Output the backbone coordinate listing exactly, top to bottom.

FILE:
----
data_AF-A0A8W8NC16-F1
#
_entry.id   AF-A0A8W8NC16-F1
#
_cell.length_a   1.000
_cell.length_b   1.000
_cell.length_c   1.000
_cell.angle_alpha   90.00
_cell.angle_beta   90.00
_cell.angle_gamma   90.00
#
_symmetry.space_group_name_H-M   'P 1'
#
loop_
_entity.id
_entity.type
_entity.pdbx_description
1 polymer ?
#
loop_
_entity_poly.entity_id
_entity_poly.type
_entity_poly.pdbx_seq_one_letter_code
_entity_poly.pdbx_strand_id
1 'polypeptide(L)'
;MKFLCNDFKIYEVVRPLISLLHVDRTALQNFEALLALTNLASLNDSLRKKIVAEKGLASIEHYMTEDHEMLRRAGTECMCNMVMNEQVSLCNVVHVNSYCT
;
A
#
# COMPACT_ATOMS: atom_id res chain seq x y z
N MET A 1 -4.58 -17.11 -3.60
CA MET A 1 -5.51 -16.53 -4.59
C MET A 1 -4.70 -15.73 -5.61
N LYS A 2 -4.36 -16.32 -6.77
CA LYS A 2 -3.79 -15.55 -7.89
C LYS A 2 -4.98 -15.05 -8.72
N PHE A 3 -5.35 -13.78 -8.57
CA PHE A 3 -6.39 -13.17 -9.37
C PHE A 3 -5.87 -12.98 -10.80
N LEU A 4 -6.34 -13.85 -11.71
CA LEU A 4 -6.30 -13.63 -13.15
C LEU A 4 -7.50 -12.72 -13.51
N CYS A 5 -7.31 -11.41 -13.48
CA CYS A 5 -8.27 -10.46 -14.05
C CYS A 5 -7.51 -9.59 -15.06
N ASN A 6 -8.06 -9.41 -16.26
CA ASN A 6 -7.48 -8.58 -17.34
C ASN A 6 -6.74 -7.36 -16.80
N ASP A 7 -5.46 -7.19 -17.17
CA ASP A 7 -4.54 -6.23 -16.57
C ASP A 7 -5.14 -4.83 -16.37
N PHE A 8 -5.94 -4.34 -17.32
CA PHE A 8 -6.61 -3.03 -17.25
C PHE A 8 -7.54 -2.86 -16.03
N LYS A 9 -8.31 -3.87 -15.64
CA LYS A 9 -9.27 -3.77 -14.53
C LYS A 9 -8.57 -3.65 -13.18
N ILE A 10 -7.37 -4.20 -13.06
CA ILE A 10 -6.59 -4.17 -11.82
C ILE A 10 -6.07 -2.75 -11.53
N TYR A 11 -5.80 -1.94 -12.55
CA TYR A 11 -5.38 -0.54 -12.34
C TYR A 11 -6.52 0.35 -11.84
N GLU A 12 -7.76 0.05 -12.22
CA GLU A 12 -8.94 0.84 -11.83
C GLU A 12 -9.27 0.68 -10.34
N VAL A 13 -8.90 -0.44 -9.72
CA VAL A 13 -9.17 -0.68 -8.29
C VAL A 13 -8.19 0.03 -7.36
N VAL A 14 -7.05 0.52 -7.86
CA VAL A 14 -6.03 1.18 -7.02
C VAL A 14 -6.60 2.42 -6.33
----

data_AF-A0A8W8NC16-F1
#
_entry.id   AF-A0A8W8NC16-F1
#
_cell.length_a   1.000
_cell.length_b   1.000
_cell.length_c   1.000
_cell.angle_alpha   90.00
_cell.angle_beta   90.00
_cell.angle_gamma   90.00
#
_symmetry.space_group_name_H-M   'P 1'
#
loop_
_entity.id
_entity.type
_entity.pdbx_description
1 polymer ?
#
loop_
_entity_poly.entity_id
_entity_poly.type
_entity_poly.pdbx_seq_one_letter_code
_entity_poly.pdbx_strand_id
1 'polypeptide(L)'
;MKFLCNDFKIYEVVRPLISLLHVDRTALQNFEALLALTNLASLNDSLRKKIVAEKGLASIEHYMTEDHEMLRRAGTECMCNMVMNEQVSLCNVVHVNSYCT
;
A
#
# COMPACT_ATOMS: atom_id res chain seq x y z
N MET A 1 -4.58 -17.11 -3.60
CA MET A 1 -5.51 -16.53 -4.59
C MET A 1 -4.70 -15.73 -5.61
N LYS A 2 -4.36 -16.32 -6.77
CA LYS A 2 -3.79 -15.55 -7.89
C LYS A 2 -4.98 -15.05 -8.72
N PHE A 3 -5.35 -13.78 -8.57
CA PHE A 3 -6.39 -13.17 -9.37
C PHE A 3 -5.87 -12.98 -10.80
N LEU A 4 -6.34 -13.85 -11.71
CA LEU A 4 -6.30 -13.63 -13.15
C LEU A 4 -7.50 -12.72 -13.51
N CYS A 5 -7.31 -11.41 -13.48
CA CYS A 5 -8.27 -10.46 -14.05
C CYS A 5 -7.51 -9.59 -15.06
N ASN A 6 -8.06 -9.41 -16.26
CA ASN A 6 -7.48 -8.58 -17.34
C ASN A 6 -6.74 -7.36 -16.80
N ASP A 7 -5.46 -7.19 -17.17
CA ASP A 7 -4.54 -6.23 -16.57
C ASP A 7 -5.14 -4.83 -16.37
N PHE A 8 -5.94 -4.34 -17.32
CA PHE A 8 -6.61 -3.03 -17.25
C PHE A 8 -7.54 -2.86 -16.03
N LYS A 9 -8.31 -3.87 -15.64
CA LYS A 9 -9.27 -3.77 -14.53
C LYS A 9 -8.57 -3.65 -13.18
N ILE A 10 -7.37 -4.20 -13.06
CA ILE A 10 -6.59 -4.17 -11.82
C ILE A 10 -6.07 -2.75 -11.53
N TYR A 11 -5.80 -1.94 -12.55
CA TYR A 11 -5.38 -0.54 -12.34
C TYR A 11 -6.52 0.35 -11.84
N GLU A 12 -7.76 0.05 -12.22
CA GLU A 12 -8.94 0.84 -11.83
C GLU A 12 -9.27 0.68 -10.34
N VAL A 13 -8.90 -0.44 -9.72
CA VAL A 13 -9.17 -0.68 -8.29
C VAL A 13 -8.19 0.03 -7.36
N VAL A 14 -7.05 0.52 -7.86
CA VAL A 14 -6.03 1.18 -7.02
C VAL A 14 -6.60 2.42 -6.33